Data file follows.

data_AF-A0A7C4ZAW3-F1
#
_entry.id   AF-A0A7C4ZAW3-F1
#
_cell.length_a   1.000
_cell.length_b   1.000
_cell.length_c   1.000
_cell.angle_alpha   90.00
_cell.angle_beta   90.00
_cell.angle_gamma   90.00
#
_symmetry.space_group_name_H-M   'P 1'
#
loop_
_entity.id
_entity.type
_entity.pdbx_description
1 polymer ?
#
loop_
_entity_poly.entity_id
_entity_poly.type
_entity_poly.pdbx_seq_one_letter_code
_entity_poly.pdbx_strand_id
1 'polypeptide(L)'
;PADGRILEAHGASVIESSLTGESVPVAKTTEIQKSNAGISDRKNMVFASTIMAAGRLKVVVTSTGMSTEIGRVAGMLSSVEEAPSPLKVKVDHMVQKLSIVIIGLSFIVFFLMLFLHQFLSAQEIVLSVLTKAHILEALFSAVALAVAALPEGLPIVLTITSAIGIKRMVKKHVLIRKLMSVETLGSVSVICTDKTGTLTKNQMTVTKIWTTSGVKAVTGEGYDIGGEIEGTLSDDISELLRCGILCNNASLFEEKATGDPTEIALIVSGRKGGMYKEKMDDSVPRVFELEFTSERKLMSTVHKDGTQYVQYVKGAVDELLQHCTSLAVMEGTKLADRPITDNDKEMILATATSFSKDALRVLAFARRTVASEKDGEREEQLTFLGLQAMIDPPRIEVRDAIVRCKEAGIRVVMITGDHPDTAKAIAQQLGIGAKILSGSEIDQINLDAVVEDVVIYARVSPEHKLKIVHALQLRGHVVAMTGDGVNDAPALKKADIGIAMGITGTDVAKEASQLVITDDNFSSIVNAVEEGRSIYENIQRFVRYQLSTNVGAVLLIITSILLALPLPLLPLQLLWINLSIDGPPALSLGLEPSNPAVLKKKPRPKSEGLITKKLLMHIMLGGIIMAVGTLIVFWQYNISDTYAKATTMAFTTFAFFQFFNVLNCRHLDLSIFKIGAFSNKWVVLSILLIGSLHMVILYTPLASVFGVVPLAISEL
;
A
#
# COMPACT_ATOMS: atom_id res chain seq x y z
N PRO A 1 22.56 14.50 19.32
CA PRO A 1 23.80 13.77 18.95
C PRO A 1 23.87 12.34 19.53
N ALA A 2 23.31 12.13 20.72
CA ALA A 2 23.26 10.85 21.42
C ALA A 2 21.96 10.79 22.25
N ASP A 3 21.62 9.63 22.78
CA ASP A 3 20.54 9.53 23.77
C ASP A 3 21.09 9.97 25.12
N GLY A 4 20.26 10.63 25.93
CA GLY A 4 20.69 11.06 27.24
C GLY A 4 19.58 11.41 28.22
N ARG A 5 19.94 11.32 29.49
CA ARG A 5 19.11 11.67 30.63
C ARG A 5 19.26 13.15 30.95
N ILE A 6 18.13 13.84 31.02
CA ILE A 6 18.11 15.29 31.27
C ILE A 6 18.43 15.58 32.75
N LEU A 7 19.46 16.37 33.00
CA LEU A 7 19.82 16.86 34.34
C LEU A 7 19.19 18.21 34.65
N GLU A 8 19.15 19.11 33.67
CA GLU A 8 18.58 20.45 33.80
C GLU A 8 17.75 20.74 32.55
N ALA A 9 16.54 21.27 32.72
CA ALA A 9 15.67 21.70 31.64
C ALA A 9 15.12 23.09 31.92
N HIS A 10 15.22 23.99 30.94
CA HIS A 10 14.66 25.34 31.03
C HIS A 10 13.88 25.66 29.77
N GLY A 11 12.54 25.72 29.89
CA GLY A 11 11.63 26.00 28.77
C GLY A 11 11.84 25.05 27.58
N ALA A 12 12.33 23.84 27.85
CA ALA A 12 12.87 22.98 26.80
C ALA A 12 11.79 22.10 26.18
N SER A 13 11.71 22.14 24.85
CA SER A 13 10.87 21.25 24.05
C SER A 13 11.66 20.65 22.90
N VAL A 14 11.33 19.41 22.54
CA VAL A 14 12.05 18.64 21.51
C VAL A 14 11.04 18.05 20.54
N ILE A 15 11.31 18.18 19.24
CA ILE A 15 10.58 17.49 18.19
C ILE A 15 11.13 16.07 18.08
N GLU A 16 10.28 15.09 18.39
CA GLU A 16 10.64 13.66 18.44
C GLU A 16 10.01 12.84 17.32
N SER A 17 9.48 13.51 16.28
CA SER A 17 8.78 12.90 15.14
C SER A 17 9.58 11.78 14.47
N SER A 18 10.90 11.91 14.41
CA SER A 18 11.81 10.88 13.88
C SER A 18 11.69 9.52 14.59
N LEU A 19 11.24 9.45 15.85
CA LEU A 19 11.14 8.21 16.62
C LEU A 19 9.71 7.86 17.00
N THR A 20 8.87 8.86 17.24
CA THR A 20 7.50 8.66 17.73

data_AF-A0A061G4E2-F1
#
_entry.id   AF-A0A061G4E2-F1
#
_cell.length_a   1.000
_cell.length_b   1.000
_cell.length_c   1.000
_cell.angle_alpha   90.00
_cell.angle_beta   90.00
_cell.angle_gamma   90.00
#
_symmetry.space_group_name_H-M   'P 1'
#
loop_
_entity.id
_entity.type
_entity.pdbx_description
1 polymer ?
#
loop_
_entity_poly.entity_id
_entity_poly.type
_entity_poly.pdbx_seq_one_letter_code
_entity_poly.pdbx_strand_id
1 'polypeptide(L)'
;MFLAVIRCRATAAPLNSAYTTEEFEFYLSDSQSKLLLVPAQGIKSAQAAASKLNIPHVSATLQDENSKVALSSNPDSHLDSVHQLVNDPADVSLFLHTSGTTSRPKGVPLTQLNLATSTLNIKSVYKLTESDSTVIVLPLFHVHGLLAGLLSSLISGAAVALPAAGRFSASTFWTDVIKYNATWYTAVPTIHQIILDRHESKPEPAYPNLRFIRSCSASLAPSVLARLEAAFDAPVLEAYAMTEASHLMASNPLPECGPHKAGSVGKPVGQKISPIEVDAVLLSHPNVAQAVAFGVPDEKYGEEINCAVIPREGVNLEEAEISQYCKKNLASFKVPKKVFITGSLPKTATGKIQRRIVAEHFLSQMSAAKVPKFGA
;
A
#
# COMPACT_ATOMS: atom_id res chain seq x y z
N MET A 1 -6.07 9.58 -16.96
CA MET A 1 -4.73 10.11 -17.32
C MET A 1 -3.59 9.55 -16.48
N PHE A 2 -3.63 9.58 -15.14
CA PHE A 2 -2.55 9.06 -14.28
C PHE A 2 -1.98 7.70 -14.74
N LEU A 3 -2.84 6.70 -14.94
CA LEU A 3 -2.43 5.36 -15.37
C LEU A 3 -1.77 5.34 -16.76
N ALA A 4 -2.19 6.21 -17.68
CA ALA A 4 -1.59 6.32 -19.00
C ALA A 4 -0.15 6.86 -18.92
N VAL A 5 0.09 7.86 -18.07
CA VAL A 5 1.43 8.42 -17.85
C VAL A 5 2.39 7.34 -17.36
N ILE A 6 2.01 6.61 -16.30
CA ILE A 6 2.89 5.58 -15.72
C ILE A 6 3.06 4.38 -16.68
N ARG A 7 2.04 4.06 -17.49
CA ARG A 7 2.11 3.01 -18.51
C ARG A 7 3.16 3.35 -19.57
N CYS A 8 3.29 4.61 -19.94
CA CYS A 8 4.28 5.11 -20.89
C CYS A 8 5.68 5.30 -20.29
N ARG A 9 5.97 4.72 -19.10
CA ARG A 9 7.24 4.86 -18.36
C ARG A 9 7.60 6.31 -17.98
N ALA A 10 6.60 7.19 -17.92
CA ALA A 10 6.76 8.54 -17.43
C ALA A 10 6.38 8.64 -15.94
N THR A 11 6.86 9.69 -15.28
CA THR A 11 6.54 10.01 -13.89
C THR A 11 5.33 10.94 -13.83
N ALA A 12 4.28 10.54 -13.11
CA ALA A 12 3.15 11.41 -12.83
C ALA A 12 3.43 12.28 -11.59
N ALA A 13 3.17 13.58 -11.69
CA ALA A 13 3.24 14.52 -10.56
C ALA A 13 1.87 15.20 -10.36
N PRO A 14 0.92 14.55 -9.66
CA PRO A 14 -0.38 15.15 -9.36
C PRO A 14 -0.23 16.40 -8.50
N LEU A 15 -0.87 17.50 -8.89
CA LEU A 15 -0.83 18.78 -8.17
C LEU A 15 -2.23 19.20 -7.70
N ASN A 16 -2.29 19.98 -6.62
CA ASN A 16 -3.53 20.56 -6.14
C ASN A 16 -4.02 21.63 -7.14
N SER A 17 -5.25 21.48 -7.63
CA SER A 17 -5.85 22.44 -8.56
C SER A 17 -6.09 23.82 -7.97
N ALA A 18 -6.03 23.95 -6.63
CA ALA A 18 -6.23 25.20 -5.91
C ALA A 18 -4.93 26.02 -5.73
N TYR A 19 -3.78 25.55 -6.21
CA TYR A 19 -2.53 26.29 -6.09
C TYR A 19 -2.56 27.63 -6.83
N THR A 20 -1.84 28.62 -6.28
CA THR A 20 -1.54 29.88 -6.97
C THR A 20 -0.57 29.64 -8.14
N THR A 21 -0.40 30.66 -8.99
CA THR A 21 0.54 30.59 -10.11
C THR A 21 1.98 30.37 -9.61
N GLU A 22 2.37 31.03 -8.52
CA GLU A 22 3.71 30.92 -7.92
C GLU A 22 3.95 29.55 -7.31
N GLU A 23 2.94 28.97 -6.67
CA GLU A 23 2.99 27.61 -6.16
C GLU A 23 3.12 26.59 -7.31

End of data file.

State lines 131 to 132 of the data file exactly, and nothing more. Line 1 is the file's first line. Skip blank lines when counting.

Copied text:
C ALA A 4 -0.15 6.86 -18.92
N VAL A 5 0.09 7.86 -18.07